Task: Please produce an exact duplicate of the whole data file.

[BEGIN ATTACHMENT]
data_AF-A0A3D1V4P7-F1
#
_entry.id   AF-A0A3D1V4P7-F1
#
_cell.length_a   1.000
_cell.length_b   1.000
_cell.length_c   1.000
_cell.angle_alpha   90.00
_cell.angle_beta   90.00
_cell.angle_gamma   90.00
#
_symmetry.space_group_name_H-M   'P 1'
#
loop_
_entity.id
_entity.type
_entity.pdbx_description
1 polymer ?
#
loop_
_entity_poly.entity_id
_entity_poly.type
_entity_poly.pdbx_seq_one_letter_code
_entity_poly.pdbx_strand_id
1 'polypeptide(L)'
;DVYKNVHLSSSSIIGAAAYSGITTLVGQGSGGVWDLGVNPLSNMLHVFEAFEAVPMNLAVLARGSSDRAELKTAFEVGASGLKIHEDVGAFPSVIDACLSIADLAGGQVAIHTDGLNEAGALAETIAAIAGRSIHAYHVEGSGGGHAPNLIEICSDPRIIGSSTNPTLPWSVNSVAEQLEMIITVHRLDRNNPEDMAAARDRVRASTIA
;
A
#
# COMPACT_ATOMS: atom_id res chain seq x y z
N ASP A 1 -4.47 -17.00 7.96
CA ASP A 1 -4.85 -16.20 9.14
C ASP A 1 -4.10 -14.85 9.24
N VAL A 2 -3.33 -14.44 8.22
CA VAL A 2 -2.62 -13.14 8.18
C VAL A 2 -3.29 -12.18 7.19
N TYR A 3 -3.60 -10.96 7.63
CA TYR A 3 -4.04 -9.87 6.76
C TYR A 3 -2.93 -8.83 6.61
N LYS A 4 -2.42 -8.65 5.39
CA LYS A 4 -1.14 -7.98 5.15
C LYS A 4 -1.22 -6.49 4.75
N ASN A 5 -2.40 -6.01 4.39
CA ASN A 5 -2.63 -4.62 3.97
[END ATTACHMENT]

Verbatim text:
data_AF-A0A3D1V4P7-F1
#
_entry.id   AF-A0A3D1V4P7-F1
#
_cell.length_a   1.000
_cell.length_b   1.000
_cell.length_c   1.000
_cell.angle_alpha   90.00
_cell.angle_beta   90.00
_cell.angle_gamma   90.00
#
_symmetry.space_group_name_H-M   'P 1'
#
loop_
_entity.id
_entity.type
_entity.pdbx_description
1 polymer ?
#
loop_
_entity_poly.entity_id
_entity_poly.type
_entity_poly.pdbx_seq_one_letter_code
_entity_poly.pdbx_strand_id
1 'polypeptide(L)'
;DVYKNVHLSSSSIIGAAAYSGITTLVGQGSGGVWDLGVNPLSNMLHVFEAFEAVPMNLAVLARGSSDRAELKTAFEVGASGLKIHEDVGAFPSVIDACLSIADLAGGQVAIHTDGLNEAGALAETIAAIAGRSIHAYHVEGSGGGHAPNLIEICSDPRIIGSSTNPTLPWSVNSVAEQLEMIITVHRLDRNNPEDMAAARDRVRASTIA
;
A
#
# COMPACT_ATOMS: atom_id res chain seq x y z
N ASP A 1 -4.47 -17.00 7.96
CA ASP A 1 -4.85 -16.20 9.14
C ASP A 1 -4.10 -14.85 9.24
N VAL A 2 -3.33 -14.44 8.22
CA VAL A 2 -2.62 -13.14 8.18
C VAL A 2 -3.29 -12.18 7.19
N TYR A 3 -3.60 -10.96 7.63
CA TYR A 3 -4.04 -9.87 6.76
C TYR A 3 -2.93 -8.83 6.61
N LYS A 4 -2.42 -8.65 5.39
CA LYS A 4 -1.14 -7.98 5.15
C LYS A 4 -1.22 -6.49 4.75
N ASN A 5 -2.40 -6.01 4.39
CA ASN A 5 -2.63 -4.62 3.97